Off-Broadway Review

Sort by:
  • Reviews

    Merrick, the Elephant Man

    Though the director's vision and the actor's performance are consistently impressive, there's also a lot of self-conscious preciousness in this solo show retelling the story of "The Elephant Man."

  • Reviews

    The Yeats Project

    Think William Butler Yeats, and gorgeous Irish poetry comes to mind, not theatre. But the Irish Rep is doing its best to alter that perception with The Yeats Project, whose centerpiece is full stagings of eight of the poet's plays.

  • Reviews

    NY Review: 'Poetic License'

    Jack Canfora's new drama about a renowned poet and his family is held hostage by its own hyper-articulate characters, leaving the plot stuck in second gear.

  • Reviews

    Mummenschanz

    In a world in which Blue Man Group and Cirque du Soleil are staples of the mainstream, the troupe's abstract puppets seem oddly antiquated.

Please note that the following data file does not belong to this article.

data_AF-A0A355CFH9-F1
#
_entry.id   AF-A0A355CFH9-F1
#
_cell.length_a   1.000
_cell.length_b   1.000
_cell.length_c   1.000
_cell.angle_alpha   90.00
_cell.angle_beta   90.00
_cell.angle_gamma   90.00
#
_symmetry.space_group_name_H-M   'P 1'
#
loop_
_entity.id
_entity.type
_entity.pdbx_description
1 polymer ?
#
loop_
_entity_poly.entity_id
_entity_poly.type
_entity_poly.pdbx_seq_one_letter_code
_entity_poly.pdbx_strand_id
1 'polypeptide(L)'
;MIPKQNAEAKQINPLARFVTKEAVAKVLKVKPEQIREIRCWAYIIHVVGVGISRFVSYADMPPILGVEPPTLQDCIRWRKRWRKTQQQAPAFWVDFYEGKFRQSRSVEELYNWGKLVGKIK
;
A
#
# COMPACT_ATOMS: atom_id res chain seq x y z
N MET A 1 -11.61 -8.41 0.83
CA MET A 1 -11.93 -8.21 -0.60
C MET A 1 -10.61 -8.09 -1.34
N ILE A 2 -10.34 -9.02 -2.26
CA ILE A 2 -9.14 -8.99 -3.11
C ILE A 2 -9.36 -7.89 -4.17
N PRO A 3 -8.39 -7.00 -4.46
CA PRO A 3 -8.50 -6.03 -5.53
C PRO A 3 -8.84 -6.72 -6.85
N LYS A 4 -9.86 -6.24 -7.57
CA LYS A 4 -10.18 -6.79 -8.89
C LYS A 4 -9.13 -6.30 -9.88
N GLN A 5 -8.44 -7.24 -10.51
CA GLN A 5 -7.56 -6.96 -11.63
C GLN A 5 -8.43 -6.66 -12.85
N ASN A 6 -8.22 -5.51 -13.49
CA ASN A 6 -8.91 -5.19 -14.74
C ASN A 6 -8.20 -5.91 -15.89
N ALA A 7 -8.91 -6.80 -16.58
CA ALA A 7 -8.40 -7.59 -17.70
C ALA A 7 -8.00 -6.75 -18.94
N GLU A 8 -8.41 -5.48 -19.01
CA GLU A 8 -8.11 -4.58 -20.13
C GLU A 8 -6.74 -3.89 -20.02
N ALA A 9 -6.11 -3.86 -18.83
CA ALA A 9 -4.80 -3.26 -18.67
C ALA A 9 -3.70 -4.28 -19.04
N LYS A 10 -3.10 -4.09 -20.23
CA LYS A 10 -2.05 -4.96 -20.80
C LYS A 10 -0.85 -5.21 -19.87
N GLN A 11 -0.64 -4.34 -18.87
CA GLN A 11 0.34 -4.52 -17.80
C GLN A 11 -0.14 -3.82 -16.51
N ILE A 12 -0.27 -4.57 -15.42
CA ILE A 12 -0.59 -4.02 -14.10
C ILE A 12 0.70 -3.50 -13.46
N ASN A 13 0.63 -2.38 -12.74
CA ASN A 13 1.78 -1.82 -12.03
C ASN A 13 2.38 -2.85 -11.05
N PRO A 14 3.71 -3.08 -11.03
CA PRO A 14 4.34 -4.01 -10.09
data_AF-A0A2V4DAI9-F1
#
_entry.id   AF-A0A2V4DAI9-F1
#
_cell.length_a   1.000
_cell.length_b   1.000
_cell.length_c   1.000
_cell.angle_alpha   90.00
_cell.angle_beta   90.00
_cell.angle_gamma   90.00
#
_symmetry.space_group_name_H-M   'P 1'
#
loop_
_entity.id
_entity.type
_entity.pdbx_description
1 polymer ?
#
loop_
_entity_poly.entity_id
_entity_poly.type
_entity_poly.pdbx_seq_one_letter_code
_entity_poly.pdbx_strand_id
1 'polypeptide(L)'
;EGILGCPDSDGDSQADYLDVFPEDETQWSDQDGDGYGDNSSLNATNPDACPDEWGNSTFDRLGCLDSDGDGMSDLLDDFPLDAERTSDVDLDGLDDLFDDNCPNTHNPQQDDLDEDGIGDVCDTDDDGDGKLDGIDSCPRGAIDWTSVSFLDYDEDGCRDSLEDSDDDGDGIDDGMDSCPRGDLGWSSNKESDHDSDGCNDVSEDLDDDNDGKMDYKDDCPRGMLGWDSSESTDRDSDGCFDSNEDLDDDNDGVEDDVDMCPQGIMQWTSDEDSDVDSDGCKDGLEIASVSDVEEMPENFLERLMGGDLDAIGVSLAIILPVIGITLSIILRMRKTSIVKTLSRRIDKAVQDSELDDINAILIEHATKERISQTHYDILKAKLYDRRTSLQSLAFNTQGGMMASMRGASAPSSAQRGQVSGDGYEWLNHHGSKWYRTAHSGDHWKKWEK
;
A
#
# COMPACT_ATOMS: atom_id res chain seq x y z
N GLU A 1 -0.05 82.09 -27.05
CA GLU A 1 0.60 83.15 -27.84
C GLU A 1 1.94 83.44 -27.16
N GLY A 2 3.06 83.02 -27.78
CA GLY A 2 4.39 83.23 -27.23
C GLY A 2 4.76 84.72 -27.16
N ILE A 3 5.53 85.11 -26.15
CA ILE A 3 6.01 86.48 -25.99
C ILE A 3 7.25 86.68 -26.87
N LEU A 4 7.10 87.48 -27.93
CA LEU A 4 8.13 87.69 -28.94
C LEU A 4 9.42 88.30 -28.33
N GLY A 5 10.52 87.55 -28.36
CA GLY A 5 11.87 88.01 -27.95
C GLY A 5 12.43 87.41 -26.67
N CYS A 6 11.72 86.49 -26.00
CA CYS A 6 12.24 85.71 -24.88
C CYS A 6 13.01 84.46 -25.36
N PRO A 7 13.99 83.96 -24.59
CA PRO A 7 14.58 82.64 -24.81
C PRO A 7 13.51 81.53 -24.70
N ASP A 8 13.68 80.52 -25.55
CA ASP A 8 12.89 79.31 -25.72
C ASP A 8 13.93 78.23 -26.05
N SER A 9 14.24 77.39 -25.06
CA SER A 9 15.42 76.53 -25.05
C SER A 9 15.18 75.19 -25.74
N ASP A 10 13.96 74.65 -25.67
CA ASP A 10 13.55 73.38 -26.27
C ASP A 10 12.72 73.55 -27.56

• Reviews

    Happy Hour

    Ethan Coen offers unrelieved anger and depression in three one-acts. Aside from a funny and fascinatingly bizarre scene in a Japanese restaurant, the playlets go nowhere.

  • Reviews

    The Agony and the Ecstasy of Steve Jobs

    Mike Daisey's accidental eulogy for the late Apple CEO fuses personal narrative and journalistic storytelling to create a captivating and relevant evening of theater.

  • Reviews

    A Little Journey

    Director Jackson Gay's nurturing production of Rachel Crothers' 1918 drama flies by swimmingly for two acts but can't entirely overcome a sudden lurch into melodrama.

  • Reviews

    Family Week

    Director Jonathan Demme is stuck in cinema mode for his theatrical debut, and Beth Henley's 75-minute script feels like a first draft.

  • Reviews

    Goodbar

    This "live concept album" based on Judith Rossner's bestselling novel has a few effective moments but fails to evoke pathos for its desperate heroine.

  • Reviews

    666

    Who'd have thought that a show about four men in prison getting beaten, raped, electrocuted, hung, and guillotined would be so hilarious? The Madrid-based troupe Yllana obviously did.